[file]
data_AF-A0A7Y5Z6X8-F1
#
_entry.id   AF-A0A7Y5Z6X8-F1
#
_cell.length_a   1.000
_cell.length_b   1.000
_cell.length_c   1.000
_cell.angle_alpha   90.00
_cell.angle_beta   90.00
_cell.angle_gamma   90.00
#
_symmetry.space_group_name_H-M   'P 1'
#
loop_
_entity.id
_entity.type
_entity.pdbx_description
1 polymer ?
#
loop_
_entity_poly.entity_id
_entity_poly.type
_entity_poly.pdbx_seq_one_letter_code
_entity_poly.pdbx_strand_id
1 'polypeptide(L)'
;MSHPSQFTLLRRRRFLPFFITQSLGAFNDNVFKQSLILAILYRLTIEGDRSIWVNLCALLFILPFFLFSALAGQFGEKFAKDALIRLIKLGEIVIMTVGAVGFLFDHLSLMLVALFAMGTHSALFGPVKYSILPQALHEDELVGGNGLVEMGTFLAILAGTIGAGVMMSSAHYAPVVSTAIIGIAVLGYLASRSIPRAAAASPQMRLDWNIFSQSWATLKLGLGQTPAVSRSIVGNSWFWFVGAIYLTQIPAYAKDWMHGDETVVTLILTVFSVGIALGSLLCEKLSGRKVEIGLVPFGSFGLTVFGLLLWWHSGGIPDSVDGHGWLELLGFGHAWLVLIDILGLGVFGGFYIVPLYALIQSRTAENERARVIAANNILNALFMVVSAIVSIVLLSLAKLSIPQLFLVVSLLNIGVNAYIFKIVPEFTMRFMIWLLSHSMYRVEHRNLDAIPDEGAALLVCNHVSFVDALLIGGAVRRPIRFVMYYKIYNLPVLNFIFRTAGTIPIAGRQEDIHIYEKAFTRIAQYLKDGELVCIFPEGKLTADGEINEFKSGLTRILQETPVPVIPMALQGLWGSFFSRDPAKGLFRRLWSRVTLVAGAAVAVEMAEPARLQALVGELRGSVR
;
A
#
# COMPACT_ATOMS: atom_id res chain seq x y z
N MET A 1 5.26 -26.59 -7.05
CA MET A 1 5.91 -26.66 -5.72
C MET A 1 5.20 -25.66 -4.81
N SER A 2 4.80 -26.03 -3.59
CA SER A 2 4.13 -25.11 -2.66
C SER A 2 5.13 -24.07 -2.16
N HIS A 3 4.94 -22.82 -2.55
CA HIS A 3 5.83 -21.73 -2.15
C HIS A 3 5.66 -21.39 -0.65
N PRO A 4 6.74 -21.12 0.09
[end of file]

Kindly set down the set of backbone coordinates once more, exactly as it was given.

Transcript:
data_AF-A0A7Y5Z6X8-F1
#
_entry.id   AF-A0A7Y5Z6X8-F1
#
_cell.length_a   1.000
_cell.length_b   1.000
_cell.length_c   1.000
_cell.angle_alpha   90.00
_cell.angle_beta   90.00
_cell.angle_gamma   90.00
#
_symmetry.space_group_name_H-M   'P 1'
#
loop_
_entity.id
_entity.type
_entity.pdbx_description
1 polymer ?
#
loop_
_entity_poly.entity_id
_entity_poly.type
_entity_poly.pdbx_seq_one_letter_code
_entity_poly.pdbx_strand_id
1 'polypeptide(L)'
;MSHPSQFTLLRRRRFLPFFITQSLGAFNDNVFKQSLILAILYRLTIEGDRSIWVNLCALLFILPFFLFSALAGQFGEKFAKDALIRLIKLGEIVIMTVGAVGFLFDHLSLMLVALFAMGTHSALFGPVKYSILPQALHEDELVGGNGLVEMGTFLAILAGTIGAGVMMSSAHYAPVVSTAIIGIAVLGYLASRSIPRAAAASPQMRLDWNIFSQSWATLKLGLGQTPAVSRSIVGNSWFWFVGAIYLTQIPAYAKDWMHGDETVVTLILTVFSVGIALGSLLCEKLSGRKVEIGLVPFGSFGLTVFGLLLWWHSGGIPDSVDGHGWLELLGFGHAWLVLIDILGLGVFGGFYIVPLYALIQSRTAENERARVIAANNILNALFMVVSAIVSIVLLSLAKLSIPQLFLVVSLLNIGVNAYIFKIVPEFTMRFMIWLLSHSMYRVEHRNLDAIPDEGAALLVCNHVSFVDALLIGGAVRRPIRFVMYYKIYNLPVLNFIFRTAGTIPIAGRQEDIHIYEKAFTRIAQYLKDGELVCIFPEGKLTADGEINEFKSGLTRILQETPVPVIPMALQGLWGSFFSRDPAKGLFRRLWSRVTLVAGAAVAVEMAEPARLQALVGELRGSVR
;
A
#
# COMPACT_ATOMS: atom_id res chain seq x y z
N MET A 1 5.26 -26.59 -7.05
CA MET A 1 5.91 -26.66 -5.72
C MET A 1 5.20 -25.66 -4.81
N SER A 2 4.80 -26.03 -3.59
CA SER A 2 4.13 -25.11 -2.66
C SER A 2 5.13 -24.07 -2.16
N HIS A 3 4.94 -22.82 -2.55
CA HIS A 3 5.83 -21.73 -2.15
C HIS A 3 5.66 -21.39 -0.65
N PRO A 4 6.74 -21.12 0.09